Reflection #35 on Worship in the Contemporary American Church

This is post number 35 in a series of random reflections I have been amassing over the past couple of years since retiring from steady, local-church, “weekend warrior” worship ministry.  These ruminations are in no particular order, and they vary in significance.  I welcome discussion on any of them.

Reflection #35: There is no ideal place to put announcements in worship services, but, if you must have announcements, consider placing them at the end of the service.

I am now two-and-a-half years into an extended period of visiting churches around Chicagoland, what I have called “The Worship Leader Roadshow” in the Twittersphere.  And I have been collecting random observations along the way, delivering them to cyberspace via this blog.  One constant–across churches of different sizes and denominations–I’ve observed is that there is no good place to put the weekly announcements.

how-to-design-like-a-saint-475pxGather any group of worship leaders together, and eventually this subject comes up.  Some advocate for putting the announcements at the front of the service, before anything of greater substance transpires, but most end up admitting they make their way into the middle of the service somewhere, interrupting the flow and stifling momentum.  (As a staff member at several churches, I heard–more than once–that the announcements couldn’t be at the very beginning of the service because too many parishioners walked in late, and they would miss the important information.)  And even in this day and age of multiple information streams (websites, e-mail distribution lists, text alerts, Facebook), most of us still feel the need to take up valuable time in the midst of corporate worship articulating that which is readily available in numerous other locales.

Very few evangelical churches pursuing contemporary worship consider placing the announcements at the end of the service, but that, in my opinion, is the best place for them.  (Most Catholic churches I have attended over the years, put them there.)  Here are two reasons why:

Placing announcements at the end of the worship service gives greater emphasis to the final element of the traditional four-fold worship pattern, sending.  In this model, we are gathered, we are led to experience Word and Table, and finally we are sent.  (I use the passive voice for this sentence to underscore the important roles played by worship facilitators.)  Sent to do what?  In part, we are sent to fulfill the mission of the Church, generally speaking, and the church, specifically speaking.  The latter includes all the things that typically fill the time allotted for giving announcements: VBS, mission committee meetings, soup-kettle ministry, and a host of other worthy pursuits.  “Go and be the Church” exhortations/benedictions at the end of the service are natural spots for weekly announcements.

Placing announcements at the end of the worship service allows us to lead with our best stuff.  Journalists employ this concept routinely, and around newsrooms you’ll hear encouragement given not to “bury the lead” somewhere in the middle of your article.  My card-playing grandmother felt the same way, when during a game of Sheepshead, she’d throw the highest queen (i.e., highest trump card) she had while proclaiming, “Swing from the top!”  In similar fashion, relegating announcements to the end of the service puts them in their proper place, allowing significantly more important worship content to fill spaces of higher importance.  (When bookended with scrolling advertisements on the screens as people walk in, announcements made during the dismissal get highlighted twice.)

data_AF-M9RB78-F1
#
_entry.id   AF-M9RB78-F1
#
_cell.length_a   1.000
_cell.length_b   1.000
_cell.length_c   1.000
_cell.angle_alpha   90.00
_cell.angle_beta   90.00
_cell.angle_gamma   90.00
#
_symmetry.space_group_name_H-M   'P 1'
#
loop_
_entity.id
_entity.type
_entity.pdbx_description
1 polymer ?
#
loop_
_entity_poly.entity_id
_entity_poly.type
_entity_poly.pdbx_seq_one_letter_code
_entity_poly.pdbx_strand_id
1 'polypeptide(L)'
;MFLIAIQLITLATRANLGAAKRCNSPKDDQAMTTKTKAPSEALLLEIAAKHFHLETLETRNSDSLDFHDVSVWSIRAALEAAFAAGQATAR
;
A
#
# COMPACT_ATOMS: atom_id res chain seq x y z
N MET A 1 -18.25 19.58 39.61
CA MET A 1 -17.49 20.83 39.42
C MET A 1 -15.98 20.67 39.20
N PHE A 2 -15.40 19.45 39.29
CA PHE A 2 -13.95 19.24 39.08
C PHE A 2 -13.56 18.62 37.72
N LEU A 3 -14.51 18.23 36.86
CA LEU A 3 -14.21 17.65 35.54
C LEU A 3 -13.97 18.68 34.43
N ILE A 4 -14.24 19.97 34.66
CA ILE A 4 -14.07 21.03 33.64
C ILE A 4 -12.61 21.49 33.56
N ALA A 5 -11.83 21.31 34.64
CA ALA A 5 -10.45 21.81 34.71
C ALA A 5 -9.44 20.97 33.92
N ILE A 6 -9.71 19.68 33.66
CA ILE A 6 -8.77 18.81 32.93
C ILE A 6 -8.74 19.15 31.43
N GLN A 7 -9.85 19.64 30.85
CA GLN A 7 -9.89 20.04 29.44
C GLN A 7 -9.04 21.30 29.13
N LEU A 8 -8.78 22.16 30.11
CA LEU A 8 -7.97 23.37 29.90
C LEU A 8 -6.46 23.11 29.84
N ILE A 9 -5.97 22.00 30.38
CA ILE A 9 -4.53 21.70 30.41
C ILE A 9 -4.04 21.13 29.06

I have no ridiculous notions that end-of-service announcements will become the norm for contemporary American evangelical churches.  Too many constituents have what they perceive to be too much at stake to alter drastically de facto service orders, and too many worship pastors/leaders have too many other important battles to fight to die on this hill by themselves.  If senior church leadership can’t support worship leaders’ efforts to move what some would consider non-essential necessary evils out of the limelight, it’s not going to happen.  Is it the end of the world if announcements stay where most of us have them these days?  No, but any church that purports to place high value on corporate worship would do well to consider options that might make a few folks unhappy in order to pursue the greater corporate good.

The Lord be with you!

Coming next week (Lord willing): the importance of sacred space for contemporary worship. 

About Warren Anderson

Emmaus Road Worshipers is written by Dr. Warren Anderson, Director of the Demoss Center for Worship in the Performing Arts at Judson University (Elgin, Ill.), where he also directs the Judson University Choir. A Judson alumnus, he has served his alma mater in a number of capacities over the past 30+ years, especially the chapel ministry, which he led for 22 years. From 1982-2016, Dr. Anderson served six different churches--American Baptist (X2), Converge, Evangelical Free Church of America, Roman Catholic, and United Methodist--as a "weekend warrior" worship musician/pastor. He is a former member of the editorial board of Worship Leader magazine. The views expressed in this blog are not necessarily the views of Judson University.
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